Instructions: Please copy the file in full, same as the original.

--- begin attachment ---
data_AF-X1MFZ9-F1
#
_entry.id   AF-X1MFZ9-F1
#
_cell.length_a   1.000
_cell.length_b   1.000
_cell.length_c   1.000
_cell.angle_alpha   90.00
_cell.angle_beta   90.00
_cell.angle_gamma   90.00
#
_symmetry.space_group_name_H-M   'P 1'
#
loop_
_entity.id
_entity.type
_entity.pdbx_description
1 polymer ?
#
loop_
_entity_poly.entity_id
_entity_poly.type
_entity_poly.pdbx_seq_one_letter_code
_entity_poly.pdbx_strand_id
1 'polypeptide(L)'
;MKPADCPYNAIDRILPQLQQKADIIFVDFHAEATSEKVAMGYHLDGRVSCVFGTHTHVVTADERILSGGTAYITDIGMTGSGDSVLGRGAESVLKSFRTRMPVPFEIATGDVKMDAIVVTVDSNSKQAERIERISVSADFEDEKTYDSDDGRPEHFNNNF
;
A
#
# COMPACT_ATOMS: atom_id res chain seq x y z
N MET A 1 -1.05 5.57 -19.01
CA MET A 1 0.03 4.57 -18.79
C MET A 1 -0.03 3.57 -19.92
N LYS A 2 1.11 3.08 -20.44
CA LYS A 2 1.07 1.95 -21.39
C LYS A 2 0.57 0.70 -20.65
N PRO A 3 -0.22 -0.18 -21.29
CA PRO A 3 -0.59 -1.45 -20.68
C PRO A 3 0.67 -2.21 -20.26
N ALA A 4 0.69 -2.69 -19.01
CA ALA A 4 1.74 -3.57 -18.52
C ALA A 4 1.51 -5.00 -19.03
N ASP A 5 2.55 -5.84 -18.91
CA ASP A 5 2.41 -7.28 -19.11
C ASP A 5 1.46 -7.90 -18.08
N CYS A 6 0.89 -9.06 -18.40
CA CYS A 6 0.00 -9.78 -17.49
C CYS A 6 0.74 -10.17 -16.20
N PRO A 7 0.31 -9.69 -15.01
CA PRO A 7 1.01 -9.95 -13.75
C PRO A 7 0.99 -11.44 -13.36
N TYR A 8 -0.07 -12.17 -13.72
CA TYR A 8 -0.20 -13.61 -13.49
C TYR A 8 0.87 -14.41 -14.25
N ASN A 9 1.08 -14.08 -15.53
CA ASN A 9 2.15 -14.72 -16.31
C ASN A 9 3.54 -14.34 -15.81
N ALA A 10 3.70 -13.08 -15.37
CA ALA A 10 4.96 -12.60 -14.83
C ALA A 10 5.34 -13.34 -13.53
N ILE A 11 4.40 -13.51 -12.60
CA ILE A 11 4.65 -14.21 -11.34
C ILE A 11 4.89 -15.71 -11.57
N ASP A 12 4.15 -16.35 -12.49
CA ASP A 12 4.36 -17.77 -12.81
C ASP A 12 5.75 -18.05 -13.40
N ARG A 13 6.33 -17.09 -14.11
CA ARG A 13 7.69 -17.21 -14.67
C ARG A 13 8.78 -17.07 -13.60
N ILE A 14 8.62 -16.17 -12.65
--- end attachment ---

data_AF-X1MFZ9-F1
#
_entry.id   AF-X1MFZ9-F1
#
_cell.length_a   1.000
_cell.length_b   1.000
_cell.length_c   1.000
_cell.angle_alpha   90.00
_cell.angle_beta   90.00
_cell.angle_gamma   90.00
#
_symmetry.space_group_name_H-M   'P 1'
#
loop_
_entity.id
_entity.type
_entity.pdbx_description
1 polymer ?
#
loop_
_entity_poly.entity_id
_entity_poly.type
_entity_poly.pdbx_seq_one_letter_code
_entity_poly.pdbx_strand_id
1 'polypeptide(L)'
;MKPADCPYNAIDRILPQLQQKADIIFVDFHAEATSEKVAMGYHLDGRVSCVFGTHTHVVTADERILSGGTAYITDIGMTGSGDSVLGRGAESVLKSFRTRMPVPFEIATGDVKMDAIVVTVDSNSKQAERIERISVSADFEDEKTYDSDDGRPEHFNNNF
;
A
#
# COMPACT_ATOMS: atom_id res chain seq x y z
N MET A 1 -1.05 5.57 -19.01
CA MET A 1 0.03 4.57 -18.79
C MET A 1 -0.03 3.57 -19.92
N LYS A 2 1.11 3.08 -20.44
CA LYS A 2 1.07 1.95 -21.39
C LYS A 2 0.57 0.70 -20.65
N PRO A 3 -0.22 -0.18 -21.29
CA PRO A 3 -0.59 -1.45 -20.68
C PRO A 3 0.67 -2.21 -20.26
N ALA A 4 0.69 -2.69 -19.01
CA ALA A 4 1.74 -3.57 -18.52
C ALA A 4 1.51 -5.00 -19.03
N ASP A 5 2.55 -5.84 -18.91
CA ASP A 5 2.41 -7.28 -19.11
C ASP A 5 1.46 -7.90 -18.08
N CYS A 6 0.89 -9.06 -18.40
CA CYS A 6 0.00 -9.78 -17.49
C CYS A 6 0.74 -10.17 -16.20
N PRO A 7 0.31 -9.69 -15.01
CA PRO A 7 1.01 -9.95 -13.75
C PRO A 7 0.99 -11.44 -13.36
N TYR A 8 -0.07 -12.17 -13.72
CA TYR A 8 -0.20 -13.61 -13.49
C TYR A 8 0.87 -14.41 -14.25
N ASN A 9 1.08 -14.08 -15.53
CA ASN A 9 2.15 -14.72 -16.31
C ASN A 9 3.54 -14.34 -15.81
N ALA A 10 3.70 -13.08 -15.37
CA ALA A 10 4.96 -12.60 -14.83
C ALA A 10 5.34 -13.34 -13.53
N ILE A 11 4.40 -13.51 -12.60
CA ILE A 11 4.65 -14.21 -11.34
C ILE A 11 4.89 -15.71 -11.57
N ASP A 12 4.15 -16.35 -12.49
CA ASP A 12 4.36 -17.77 -12.81
C ASP A 12 5.75 -18.05 -13.40
N ARG A 13 6.33 -17.09 -14.11
CA ARG A 13 7.69 -17.21 -14.67
C ARG A 13 8.78 -17.07 -13.60
N ILE A 14 8.62 -16.17 -12.65